Sensory friendly birthday party

Birthday parties can be really overwhelming for people who experience sensory sensitivities. Half my family, myself included, find parties and large group gatherings difficult in various ways. This graphic contains information about sensory sensitivities, and what you can do to support people who experience them when they attend your party.

I am happy for people to share the image, but please credit me and link back to this article, or to my Facebook page when you do. If you wish to print the image or otherwise reproduce it for your own use, please click here for access to the downloadable PDF.

There is an image description following the image.


Image title: How to host a sensory friendly birthday party

Copyright statement:
©Michelle Sutton *www.michellesuttonwrites.blogspot.com.au *Please credit when sharing *Do not reproduce without written permission

There are five coloured boxes in this infographic, each with text inside it.

Blue box, top left corner.
What is ‘sensory sensitivity’?
Sensory sensitivities (medically known as “Sensory Processing Disorders”) are present in around 1 in 20 people. Sensory sensitivities are experienced by both children and adults. Sensitivities can be to sounds, smells, touch, brightness, tastes and many other things. These sensitivities can cause great discomfort and sometimes distress. People who experience sensory sensitivities are often embarrassed by them and try to hide their reactions to them. 


Green box, bottom left corner.
Signs that someone is experiencing sensory sensitivity can include:
sensory seeking– touching things, licking and/or tasting things, leaning against things, spinning, bouncing, stimming, preferring to be in a loud place
sensory avoidance– refusing to touch things, reacting strongly to being touched, refusing to taste foods, covering ears or eyes, preferring to be in a quiet space,
signs of discomfort such as crying, yelling, screaming, hiding, running away, lashing out
It is important to note that sensory sensitivities are as individual as the people who experience them. If a person tells you they are uncomfortable, you should listen and either offer an alternative or ask them what support they need.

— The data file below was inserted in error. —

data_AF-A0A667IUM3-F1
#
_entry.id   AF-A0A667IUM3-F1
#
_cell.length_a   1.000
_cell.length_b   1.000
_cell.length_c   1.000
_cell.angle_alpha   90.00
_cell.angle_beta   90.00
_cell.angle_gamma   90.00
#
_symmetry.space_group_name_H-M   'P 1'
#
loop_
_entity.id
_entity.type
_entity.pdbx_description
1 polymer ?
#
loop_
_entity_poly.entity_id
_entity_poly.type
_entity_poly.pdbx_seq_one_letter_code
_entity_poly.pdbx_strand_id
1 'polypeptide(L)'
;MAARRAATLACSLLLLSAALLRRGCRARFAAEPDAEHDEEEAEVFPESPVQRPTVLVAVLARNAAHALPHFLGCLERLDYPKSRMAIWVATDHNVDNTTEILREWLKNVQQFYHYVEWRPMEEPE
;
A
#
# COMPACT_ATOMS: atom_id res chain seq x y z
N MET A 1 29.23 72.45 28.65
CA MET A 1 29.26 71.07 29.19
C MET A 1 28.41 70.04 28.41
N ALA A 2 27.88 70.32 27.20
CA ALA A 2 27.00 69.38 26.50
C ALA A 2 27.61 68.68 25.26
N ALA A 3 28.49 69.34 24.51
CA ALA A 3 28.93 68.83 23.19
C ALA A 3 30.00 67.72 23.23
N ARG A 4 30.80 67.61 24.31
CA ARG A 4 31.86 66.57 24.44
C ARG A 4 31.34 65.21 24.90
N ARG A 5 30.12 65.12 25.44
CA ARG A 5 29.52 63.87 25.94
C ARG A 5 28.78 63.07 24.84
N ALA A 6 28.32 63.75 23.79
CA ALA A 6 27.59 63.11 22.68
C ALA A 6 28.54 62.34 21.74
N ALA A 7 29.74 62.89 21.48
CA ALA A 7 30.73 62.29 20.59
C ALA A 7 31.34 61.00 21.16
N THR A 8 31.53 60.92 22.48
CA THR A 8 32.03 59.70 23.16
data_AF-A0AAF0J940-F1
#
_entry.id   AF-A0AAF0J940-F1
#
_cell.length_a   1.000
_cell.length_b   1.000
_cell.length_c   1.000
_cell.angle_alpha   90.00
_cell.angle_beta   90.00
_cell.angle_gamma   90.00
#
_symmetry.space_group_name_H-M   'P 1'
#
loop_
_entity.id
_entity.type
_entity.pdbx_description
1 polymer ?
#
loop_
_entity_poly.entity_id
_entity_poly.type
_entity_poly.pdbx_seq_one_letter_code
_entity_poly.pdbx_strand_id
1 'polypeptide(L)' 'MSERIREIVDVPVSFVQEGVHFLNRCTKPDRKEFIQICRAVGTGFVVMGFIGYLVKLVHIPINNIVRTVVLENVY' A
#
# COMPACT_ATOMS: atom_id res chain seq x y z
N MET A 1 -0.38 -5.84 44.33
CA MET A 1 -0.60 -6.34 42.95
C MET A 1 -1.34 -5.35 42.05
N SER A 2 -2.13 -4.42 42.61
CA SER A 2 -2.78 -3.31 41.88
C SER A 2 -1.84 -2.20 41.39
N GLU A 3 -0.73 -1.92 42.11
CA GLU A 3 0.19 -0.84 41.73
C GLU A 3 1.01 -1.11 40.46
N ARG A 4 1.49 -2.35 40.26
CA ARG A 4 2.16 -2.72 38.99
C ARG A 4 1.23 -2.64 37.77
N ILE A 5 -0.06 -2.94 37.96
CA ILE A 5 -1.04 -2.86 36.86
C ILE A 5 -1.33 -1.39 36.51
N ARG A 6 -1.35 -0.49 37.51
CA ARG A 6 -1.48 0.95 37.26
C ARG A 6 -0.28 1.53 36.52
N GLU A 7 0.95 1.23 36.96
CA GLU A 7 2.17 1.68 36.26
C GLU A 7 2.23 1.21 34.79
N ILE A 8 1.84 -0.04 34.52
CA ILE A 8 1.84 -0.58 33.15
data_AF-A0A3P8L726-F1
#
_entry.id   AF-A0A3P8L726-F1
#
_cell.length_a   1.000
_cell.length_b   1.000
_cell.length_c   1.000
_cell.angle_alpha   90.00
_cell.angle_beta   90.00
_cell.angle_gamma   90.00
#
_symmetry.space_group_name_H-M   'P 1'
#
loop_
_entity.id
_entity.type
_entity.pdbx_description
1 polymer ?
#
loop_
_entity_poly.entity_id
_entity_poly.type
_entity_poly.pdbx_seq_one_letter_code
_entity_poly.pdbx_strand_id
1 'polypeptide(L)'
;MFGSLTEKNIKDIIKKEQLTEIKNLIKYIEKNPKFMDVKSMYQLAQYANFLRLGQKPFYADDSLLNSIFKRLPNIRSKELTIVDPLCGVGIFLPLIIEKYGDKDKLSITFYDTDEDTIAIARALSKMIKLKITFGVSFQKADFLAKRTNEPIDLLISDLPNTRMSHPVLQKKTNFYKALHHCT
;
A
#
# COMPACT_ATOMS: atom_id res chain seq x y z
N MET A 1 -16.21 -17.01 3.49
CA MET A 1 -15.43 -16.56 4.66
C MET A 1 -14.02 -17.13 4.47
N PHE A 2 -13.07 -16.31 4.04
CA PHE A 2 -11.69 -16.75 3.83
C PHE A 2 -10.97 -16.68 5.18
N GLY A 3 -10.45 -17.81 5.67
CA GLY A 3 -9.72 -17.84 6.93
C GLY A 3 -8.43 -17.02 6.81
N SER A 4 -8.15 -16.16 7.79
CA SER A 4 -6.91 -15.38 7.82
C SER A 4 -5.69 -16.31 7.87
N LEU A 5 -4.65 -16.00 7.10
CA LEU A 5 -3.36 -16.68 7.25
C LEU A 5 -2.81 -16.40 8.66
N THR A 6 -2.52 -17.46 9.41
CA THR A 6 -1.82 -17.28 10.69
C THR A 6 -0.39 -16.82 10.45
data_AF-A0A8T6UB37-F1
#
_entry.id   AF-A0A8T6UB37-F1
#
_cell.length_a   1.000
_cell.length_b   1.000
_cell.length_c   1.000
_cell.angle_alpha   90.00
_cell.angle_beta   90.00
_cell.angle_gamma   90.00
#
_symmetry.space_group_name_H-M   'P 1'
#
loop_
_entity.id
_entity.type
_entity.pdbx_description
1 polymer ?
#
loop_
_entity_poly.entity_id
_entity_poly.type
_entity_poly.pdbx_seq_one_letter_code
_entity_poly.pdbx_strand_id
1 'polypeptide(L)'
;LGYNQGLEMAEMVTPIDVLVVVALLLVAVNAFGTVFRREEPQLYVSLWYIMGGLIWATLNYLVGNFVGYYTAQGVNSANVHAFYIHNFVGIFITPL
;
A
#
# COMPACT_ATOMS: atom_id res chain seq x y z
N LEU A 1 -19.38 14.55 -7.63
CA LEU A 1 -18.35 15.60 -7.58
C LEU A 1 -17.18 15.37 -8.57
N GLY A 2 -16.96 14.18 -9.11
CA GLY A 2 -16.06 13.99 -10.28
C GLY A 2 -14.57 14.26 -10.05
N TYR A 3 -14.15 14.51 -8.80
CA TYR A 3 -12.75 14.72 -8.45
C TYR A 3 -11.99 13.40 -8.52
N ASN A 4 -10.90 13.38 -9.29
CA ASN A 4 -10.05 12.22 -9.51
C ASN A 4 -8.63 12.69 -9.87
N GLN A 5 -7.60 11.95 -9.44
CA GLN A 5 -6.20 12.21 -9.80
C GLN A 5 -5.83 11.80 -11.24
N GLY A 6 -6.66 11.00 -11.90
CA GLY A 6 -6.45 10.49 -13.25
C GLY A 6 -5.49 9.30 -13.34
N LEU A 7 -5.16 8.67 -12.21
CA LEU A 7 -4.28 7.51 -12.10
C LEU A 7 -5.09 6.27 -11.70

Red box, top right corner.
Sensory challenges present at birthday parties include:
large groups of people, strangers present, lots of talking, loud laughter, loud music, confined space, being bumped against, many activities on an inflexible schedule, surprises, balloons (popping!), streamers (rustling and moving), unfamiliar surroundings with lack of quiet places to retreat to, unfamiliar foods, lack of activities that provide opportunity for sensory regulation, food provided at set times, …… and more, depending on the party! 


Purple box, right side, middle. In the bottom right corner of this box is a image that shows some party activities. The image has the words ‘party activities with a sensory purpose’ in it and shows some play dough, coloured juggling balls, coloured pencils, balloons, small bottles of bubble liquid, and some small plastic spinning tops.
You can help sensory sensitive people enjoy a party by: 
*asking them when you are planning the party if there are any accommodations they need to attend comfortably
*reminding them as they arrive that they only need to ask if they need anything
*letting them know what the plan or schedule is for the party
*providing a quiet space to retreat to
*keeping noise levels down
*using a room with as much natural light as possible
*making food and drink available for the entire party
*offering an alternative to typical party games like ‘pass the parcel’
*providing activities with a sensory purpose, for example: play dough, stress balls/juggling balls, bubble liquid to blow bubbles, fidget toys like small spinning tops, colouring in

Orange box, bottom right corner. 
Parties should be fun for everyone, and with
a few simple accommodations, they can be.

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